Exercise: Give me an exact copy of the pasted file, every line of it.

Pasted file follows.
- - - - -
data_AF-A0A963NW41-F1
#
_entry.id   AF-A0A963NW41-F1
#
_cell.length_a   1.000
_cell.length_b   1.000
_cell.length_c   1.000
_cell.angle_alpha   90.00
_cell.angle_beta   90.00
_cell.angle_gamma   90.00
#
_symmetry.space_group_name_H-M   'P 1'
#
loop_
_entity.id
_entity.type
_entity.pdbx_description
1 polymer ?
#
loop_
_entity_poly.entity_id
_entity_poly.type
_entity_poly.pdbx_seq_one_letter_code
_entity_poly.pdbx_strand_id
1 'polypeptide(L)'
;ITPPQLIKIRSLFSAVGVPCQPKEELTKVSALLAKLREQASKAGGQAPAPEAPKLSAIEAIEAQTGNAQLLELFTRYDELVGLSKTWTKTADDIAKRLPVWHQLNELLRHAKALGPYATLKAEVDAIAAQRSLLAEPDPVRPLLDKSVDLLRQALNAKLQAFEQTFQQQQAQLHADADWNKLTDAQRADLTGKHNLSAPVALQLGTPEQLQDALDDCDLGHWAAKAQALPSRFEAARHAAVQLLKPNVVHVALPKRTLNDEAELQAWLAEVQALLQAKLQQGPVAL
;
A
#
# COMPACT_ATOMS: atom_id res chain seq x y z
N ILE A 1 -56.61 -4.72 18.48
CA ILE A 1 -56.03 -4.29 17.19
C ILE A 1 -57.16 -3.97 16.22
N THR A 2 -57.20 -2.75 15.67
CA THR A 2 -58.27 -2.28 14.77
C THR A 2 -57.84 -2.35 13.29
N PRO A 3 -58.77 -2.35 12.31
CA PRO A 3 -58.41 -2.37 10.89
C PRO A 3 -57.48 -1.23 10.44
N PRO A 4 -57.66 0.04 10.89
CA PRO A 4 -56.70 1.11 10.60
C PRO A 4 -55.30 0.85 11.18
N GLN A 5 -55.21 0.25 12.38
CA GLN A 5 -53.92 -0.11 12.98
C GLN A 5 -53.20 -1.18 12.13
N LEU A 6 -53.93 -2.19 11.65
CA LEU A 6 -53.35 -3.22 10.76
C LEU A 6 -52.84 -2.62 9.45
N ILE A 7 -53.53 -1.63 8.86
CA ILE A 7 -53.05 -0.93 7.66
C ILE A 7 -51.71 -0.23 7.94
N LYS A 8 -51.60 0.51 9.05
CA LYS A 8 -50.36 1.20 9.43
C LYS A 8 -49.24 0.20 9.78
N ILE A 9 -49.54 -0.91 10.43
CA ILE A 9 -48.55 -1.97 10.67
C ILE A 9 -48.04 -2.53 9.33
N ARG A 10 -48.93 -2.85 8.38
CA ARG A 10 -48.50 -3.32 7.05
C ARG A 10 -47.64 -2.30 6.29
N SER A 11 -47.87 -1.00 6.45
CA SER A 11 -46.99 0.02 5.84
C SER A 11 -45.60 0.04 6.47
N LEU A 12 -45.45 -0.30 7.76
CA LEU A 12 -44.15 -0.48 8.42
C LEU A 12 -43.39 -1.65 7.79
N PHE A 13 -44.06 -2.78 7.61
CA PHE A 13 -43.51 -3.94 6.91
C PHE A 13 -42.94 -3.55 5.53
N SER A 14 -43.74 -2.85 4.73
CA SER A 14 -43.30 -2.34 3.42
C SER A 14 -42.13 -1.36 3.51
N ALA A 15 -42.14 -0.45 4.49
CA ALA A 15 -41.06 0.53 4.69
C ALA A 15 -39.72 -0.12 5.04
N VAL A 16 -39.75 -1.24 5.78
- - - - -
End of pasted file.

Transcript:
data_AF-A0A963NW41-F1
#
_entry.id   AF-A0A963NW41-F1
#
_cell.length_a   1.000
_cell.length_b   1.000
_cell.length_c   1.000
_cell.angle_alpha   90.00
_cell.angle_beta   90.00
_cell.angle_gamma   90.00
#
_symmetry.space_group_name_H-M   'P 1'
#
loop_
_entity.id
_entity.type
_entity.pdbx_description
1 polymer ?
#
loop_
_entity_poly.entity_id
_entity_poly.type
_entity_poly.pdbx_seq_one_letter_code
_entity_poly.pdbx_strand_id
1 'polypeptide(L)'
;ITPPQLIKIRSLFSAVGVPCQPKEELTKVSALLAKLREQASKAGGQAPAPEAPKLSAIEAIEAQTGNAQLLELFTRYDELVGLSKTWTKTADDIAKRLPVWHQLNELLRHAKALGPYATLKAEVDAIAAQRSLLAEPDPVRPLLDKSVDLLRQALNAKLQAFEQTFQQQQAQLHADADWNKLTDAQRADLTGKHNLSAPVALQLGTPEQLQDALDDCDLGHWAAKAQALPSRFEAARHAAVQLLKPNVVHVALPKRTLNDEAELQAWLAEVQALLQAKLQQGPVAL
;
A
#
# COMPACT_ATOMS: atom_id res chain seq x y z
N ILE A 1 -56.61 -4.72 18.48
CA ILE A 1 -56.03 -4.29 17.19
C ILE A 1 -57.16 -3.97 16.22
N THR A 2 -57.20 -2.75 15.67
CA THR A 2 -58.27 -2.28 14.77
C THR A 2 -57.84 -2.35 13.29
N PRO A 3 -58.77 -2.35 12.31
CA PRO A 3 -58.41 -2.37 10.89
C PRO A 3 -57.48 -1.23 10.44
N PRO A 4 -57.66 0.04 10.89
CA PRO A 4 -56.70 1.11 10.60
C PRO A 4 -55.30 0.85 11.18
N GLN A 5 -55.21 0.25 12.38
CA GLN A 5 -53.92 -0.11 12.98
C GLN A 5 -53.20 -1.18 12.13
N LEU A 6 -53.93 -2.19 11.65
CA LEU A 6 -53.35 -3.22 10.76
C LEU A 6 -52.84 -2.62 9.45
N ILE A 7 -53.53 -1.63 8.86
CA ILE A 7 -53.05 -0.93 7.66
C ILE A 7 -51.71 -0.23 7.94
N LYS A 8 -51.60 0.51 9.05
CA LYS A 8 -50.36 1.20 9.43
C LYS A 8 -49.24 0.20 9.78
N ILE A 9 -49.54 -0.91 10.43
CA ILE A 9 -48.55 -1.97 10.67
C ILE A 9 -48.04 -2.53 9.33
N ARG A 10 -48.93 -2.85 8.38
CA ARG A 10 -48.50 -3.32 7.05
C ARG A 10 -47.64 -2.30 6.29
N SER A 11 -47.87 -1.00 6.45
CA SER A 11 -46.99 0.02 5.84
C SER A 11 -45.60 0.04 6.47
N LEU A 12 -45.45 -0.30 7.76
CA LEU A 12 -44.15 -0.48 8.42
C LEU A 12 -43.39 -1.65 7.79
N PHE A 13 -44.06 -2.78 7.61
CA PHE A 13 -43.51 -3.94 6.91
C PHE A 13 -42.94 -3.55 5.53
N SER A 14 -43.74 -2.85 4.73
CA SER A 14 -43.30 -2.34 3.42
C SER A 14 -42.13 -1.36 3.51
N ALA A 15 -42.14 -0.45 4.49
CA ALA A 15 -41.06 0.53 4.69
C ALA A 15 -39.72 -0.12 5.04
N VAL A 16 -39.75 -1.24 5.78